Deakin health economists have found that many people with PTSD are not receiving appropriate treatment.
About one third of Australians seeking treatment for Post-Traumatic Stress Disorder (PTSD) are not getting appropriate treatment, according to two of the nation’s most respected health economists, based at Deakin University.
Yet for a relatively low cost, the provision of adequate treatment to adults and children with PTSD would have huge benefits for individuals, their families and the wider community.
The research has been published in Australia 21’s “Trauma-related stress in Australia: Essays by leading thinkers and researchers.”
It was undertaken by Anne Magnus, a health economist within Deakin’s Centre for Population Health Research, and Cathrine Mihalopoulos, an Associate Professor of Mental Health Economics, who leads Australia’s first research group dedicated to the economics of mental health, within Deakin Health Economics.
The two claim that the scale of the problem of inadequate treatment or no treatment is immense and touches the lives of many thousands of Australians, with the condition generating massive costs in mental health care, drug and alcohol use, family disruption and lost productivity.
In fact, they estimate that around 824,000 Australians aged 15-85 would have a diagnosis of PTSD in 2015. Of that number, only about 367,000 sought help for their mental health and, of those who did, about one-third, or 121,000, did not receive effective care.
In their project, “Cost-benefit analyses of treatments recommended in Australian clinical practice guidelines,” the researchers assessed the cost-effectiveness, affordability and acceptability of the new Australian clinical guidelines on PTSD, developed in 2013. Their findings provide economic evidence for the benefits of adopting the evidence-based, recommended treatments within the guidelines.
Ms Magnus explained that of the many different types of therapy available, the evidence is clear. Trauma-focussed cognitive-behavioural therapy (TF-CBT) is the most effective.
“If an adult receives Trauma-focussed cognitive- behavioural therapy (TF-CBT), their risk of having PTSD after treatment is halved. If a child receives it, their risk of having PTSD after treatment is only 14 per cent,” she said.
“However, TF-CBT is confronting and it can be hard for patients to find practitioners who can deliver the treatment skilfully. People need to be exposed gradually and carefully to their traumatic memory, so they can process the experience and become desensitised.”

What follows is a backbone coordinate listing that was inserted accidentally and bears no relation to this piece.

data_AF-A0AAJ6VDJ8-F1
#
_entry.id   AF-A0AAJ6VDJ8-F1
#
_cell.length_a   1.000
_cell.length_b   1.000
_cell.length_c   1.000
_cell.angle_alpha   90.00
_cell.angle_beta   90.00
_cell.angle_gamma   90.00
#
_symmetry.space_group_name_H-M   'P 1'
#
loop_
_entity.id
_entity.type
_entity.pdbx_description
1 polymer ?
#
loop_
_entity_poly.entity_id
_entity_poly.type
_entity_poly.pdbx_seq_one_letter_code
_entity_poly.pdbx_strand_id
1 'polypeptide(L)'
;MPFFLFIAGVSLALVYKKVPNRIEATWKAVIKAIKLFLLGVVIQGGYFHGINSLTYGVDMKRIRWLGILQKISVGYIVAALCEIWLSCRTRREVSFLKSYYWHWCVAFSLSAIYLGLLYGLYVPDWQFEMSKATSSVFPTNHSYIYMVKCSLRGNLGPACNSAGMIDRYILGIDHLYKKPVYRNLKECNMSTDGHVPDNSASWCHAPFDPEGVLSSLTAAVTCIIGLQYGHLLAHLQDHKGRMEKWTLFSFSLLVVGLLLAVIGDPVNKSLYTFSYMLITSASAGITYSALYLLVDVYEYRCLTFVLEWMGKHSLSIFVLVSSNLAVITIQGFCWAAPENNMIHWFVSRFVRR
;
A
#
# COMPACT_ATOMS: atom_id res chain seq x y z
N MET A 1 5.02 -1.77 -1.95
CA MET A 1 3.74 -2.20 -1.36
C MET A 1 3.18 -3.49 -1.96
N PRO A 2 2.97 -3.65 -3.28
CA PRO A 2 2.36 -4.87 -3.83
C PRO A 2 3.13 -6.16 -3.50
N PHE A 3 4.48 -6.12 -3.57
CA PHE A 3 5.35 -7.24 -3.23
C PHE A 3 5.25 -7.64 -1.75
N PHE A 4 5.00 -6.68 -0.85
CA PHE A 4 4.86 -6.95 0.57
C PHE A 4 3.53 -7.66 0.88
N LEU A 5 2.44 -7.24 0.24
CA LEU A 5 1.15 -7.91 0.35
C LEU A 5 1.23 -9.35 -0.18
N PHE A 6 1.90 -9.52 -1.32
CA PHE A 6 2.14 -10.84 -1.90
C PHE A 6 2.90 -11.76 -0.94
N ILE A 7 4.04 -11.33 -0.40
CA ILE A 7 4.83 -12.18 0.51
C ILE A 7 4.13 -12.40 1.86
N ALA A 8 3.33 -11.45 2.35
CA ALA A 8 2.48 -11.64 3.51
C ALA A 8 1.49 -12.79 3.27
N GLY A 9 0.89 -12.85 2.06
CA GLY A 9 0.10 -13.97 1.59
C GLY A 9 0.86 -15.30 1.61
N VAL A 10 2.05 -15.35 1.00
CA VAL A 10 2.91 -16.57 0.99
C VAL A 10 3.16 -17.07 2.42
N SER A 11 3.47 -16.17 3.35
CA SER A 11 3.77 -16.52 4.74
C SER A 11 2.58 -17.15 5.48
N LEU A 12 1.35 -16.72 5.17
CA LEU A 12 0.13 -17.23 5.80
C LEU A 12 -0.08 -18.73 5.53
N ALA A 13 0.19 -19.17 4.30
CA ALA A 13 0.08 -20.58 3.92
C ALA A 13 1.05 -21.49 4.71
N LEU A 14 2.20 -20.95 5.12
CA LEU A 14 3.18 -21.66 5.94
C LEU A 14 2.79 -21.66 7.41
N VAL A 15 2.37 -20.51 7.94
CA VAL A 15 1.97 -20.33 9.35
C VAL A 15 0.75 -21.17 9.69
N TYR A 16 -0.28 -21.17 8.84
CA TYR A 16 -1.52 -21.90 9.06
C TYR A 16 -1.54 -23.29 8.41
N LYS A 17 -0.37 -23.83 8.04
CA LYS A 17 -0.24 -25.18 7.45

The researchers also assessed the cost of using selective serotonin reuptake inhibitors (SSRIs), which are the recommended anti-depressant drug treatment for adults with PTSD who are expected to respond well to a prescribed medication. They found that the benefits of using this drug far outweigh the small extra cost for a majority of patients with this condition, who are currently prescribed a medication other than this type of antidepressant (SSRIs).
“There is wide variation in the effectiveness of SSRIs, with some adults responding better than others, but the cost is worth it. We found an 87 per cent chance of health gain, which means that, for only $200, there is a year of health gain,” said Ms Magnus.
“If society was to ask “where is our health dollar going?” this would be a ‘no brainer,’ when you consider the benefits and the costs of so many treatments for other medical conditions.”
Enabling the public to benefit from these findings will require a concerted effort from organisations such as the Australian Centre of Post Traumatic Mental Health, which funded the research, and other mental health advocates and policy makers.
“It will require upskilling therapists and supervisors so they can provide appropriate Trauma focussed CBT, and encouraging therapists and patients to overcome their reluctance to take this option,” Ms Magnus said.
“There has been very little done to fully understand the cost of PTSD in Australia. The question is worthy of a full economic study. Some estimates have been made for military service personnel, motor vehicle accident victims and people who have experienced domestic violence, but more could be done, with a consistent approach that captures a broad range of impacts.“At a minimum, estimates should include health service utilisation, productivity losses from
“At a minimum, estimates should include health service utilisation, productivity losses from impact on work or study, quality of life, suicidal behaviours, association with harmful, risk-taking behaviour, such as smoking, alcohol and drug abuse, and, finally, impact on immediate family relationships.”
People wishing to discuss depression or suicide can contact “Beyond Blue” on tel: 1300 22 4636, or contact the Suicide Call Back Service at https://www.suicidecallbackservice.org.au.
• “Trauma related stress in Australia. Essays by leading Australian thinkers and researchers.” “Australia 21” and “Fearless.” September 2016.
• “Is implementation of the 2013 Australian treatment guidelines for posttraumatic stress disorder cost-effective compared to current practice? A cost-utility analysis using QALYs and DALYs.” “Australian and New Zealand Journal of Psychiatry,” August 2014.
The Centre for Population Health Research (CPHR) contributes to health improvements for Australian and global populations through its extensive and diverse portfolio of research activities in public health, implementation, knowledge translation and advocacy, training and expert advisory services.View Website